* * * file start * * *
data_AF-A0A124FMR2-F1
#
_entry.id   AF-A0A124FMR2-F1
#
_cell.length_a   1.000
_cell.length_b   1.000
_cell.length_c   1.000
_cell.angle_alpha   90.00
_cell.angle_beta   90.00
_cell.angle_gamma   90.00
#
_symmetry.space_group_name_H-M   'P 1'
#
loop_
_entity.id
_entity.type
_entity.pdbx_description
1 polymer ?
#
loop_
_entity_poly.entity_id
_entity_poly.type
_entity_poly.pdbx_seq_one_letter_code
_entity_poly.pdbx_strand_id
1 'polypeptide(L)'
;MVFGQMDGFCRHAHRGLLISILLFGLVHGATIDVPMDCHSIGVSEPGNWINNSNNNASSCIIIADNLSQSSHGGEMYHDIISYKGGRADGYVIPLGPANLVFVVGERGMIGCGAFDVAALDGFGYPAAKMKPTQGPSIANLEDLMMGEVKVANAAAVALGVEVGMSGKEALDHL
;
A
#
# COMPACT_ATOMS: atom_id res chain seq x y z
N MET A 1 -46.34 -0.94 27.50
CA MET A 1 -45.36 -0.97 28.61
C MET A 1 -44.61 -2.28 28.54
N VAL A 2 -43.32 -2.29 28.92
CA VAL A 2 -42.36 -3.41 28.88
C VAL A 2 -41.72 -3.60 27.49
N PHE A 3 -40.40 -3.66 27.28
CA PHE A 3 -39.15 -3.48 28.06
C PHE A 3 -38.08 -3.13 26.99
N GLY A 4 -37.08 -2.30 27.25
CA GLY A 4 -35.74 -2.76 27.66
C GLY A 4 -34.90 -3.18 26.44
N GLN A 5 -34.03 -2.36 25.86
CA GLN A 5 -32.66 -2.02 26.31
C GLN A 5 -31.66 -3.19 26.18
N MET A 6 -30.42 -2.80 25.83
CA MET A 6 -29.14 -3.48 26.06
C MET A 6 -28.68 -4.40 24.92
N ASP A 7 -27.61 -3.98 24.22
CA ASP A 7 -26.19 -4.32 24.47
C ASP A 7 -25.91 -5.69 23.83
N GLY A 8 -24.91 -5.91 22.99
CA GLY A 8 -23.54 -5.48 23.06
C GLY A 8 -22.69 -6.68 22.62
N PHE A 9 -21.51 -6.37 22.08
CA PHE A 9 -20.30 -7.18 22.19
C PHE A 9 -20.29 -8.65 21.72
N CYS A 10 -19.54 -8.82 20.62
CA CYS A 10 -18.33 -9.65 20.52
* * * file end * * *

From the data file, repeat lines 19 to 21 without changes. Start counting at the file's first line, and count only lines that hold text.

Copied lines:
#
loop_
_entity_poly.entity_id